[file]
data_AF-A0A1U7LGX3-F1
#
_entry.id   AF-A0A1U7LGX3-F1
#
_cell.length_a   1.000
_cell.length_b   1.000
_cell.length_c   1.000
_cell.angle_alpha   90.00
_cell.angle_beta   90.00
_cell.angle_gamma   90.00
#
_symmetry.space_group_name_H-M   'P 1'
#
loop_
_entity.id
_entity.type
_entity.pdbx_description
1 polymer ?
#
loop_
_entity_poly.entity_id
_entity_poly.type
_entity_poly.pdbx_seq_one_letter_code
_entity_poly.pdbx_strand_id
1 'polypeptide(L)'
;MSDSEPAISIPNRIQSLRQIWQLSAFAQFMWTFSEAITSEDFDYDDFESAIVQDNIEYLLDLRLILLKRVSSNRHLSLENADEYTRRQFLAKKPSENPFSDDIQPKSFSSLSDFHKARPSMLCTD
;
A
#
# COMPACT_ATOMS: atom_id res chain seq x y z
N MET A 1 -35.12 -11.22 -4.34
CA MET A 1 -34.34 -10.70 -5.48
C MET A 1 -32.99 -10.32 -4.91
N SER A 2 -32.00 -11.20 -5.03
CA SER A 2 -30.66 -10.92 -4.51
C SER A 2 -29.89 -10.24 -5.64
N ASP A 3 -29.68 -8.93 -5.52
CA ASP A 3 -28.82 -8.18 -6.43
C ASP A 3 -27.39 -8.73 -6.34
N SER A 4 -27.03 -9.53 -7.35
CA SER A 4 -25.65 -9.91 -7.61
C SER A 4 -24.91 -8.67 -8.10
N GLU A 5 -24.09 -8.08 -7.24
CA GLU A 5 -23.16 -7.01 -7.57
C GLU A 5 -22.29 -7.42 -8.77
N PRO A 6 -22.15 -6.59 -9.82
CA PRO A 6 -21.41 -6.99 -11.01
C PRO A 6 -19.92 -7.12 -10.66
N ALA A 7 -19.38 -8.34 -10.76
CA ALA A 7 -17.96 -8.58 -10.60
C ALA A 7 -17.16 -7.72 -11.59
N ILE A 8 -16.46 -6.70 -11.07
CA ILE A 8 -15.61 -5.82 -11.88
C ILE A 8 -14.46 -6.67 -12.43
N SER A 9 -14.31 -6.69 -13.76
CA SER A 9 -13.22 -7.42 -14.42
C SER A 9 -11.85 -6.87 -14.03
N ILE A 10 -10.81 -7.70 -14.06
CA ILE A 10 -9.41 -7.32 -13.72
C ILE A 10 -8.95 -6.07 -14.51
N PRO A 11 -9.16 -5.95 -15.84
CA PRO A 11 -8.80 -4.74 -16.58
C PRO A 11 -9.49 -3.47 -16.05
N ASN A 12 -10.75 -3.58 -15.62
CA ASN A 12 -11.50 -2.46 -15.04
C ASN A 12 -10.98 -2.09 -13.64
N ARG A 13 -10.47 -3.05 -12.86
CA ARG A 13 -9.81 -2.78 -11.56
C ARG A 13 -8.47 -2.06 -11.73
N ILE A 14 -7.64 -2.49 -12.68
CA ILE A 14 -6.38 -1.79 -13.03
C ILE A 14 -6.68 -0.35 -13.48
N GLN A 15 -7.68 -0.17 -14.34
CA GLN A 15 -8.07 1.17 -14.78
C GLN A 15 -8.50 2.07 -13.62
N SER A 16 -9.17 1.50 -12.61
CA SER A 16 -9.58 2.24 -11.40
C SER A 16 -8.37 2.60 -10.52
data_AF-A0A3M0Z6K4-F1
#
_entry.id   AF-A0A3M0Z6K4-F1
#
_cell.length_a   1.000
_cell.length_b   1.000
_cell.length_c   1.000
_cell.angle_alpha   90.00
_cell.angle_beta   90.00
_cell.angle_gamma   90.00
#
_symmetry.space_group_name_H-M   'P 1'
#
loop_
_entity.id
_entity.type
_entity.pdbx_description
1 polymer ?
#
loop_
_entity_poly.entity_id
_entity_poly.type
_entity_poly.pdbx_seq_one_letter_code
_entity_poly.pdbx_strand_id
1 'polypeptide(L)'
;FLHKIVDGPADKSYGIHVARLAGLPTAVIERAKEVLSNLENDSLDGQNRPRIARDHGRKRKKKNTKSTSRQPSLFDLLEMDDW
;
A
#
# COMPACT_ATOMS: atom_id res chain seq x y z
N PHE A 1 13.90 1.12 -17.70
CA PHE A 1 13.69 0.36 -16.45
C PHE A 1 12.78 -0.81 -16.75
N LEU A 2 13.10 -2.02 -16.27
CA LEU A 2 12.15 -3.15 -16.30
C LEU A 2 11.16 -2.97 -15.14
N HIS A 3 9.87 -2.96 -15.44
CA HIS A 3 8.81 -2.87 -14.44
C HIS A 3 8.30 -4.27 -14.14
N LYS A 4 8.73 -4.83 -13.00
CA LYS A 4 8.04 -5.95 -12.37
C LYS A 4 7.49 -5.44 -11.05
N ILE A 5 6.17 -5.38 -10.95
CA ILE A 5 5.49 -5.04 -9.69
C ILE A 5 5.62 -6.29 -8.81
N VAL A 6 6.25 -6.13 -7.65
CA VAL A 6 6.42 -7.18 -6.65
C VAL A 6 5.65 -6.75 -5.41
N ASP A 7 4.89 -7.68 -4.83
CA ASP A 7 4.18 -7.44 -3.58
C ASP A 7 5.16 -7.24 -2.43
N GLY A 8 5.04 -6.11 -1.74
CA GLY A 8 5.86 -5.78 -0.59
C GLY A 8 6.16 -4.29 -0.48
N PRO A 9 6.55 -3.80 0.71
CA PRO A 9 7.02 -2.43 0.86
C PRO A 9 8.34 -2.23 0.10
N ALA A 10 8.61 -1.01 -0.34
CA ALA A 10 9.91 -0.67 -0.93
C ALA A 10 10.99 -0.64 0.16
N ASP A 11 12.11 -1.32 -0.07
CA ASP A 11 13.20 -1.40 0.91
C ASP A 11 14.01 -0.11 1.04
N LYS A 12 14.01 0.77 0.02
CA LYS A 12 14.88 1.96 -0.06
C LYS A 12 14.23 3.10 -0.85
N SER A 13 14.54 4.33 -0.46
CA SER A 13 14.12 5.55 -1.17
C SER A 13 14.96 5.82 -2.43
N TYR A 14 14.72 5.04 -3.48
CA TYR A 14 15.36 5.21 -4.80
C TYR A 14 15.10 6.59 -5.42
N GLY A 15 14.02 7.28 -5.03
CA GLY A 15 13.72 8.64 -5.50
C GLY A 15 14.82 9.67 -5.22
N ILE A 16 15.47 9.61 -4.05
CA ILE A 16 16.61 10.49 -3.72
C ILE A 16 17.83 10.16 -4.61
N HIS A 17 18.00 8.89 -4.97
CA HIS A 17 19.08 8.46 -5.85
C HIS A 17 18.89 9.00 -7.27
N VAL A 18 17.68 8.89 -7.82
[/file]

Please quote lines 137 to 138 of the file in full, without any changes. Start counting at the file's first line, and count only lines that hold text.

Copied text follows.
CA ALA A 10 9.91 -0.67 -0.93
C ALA A 10 10.99 -0.64 0.16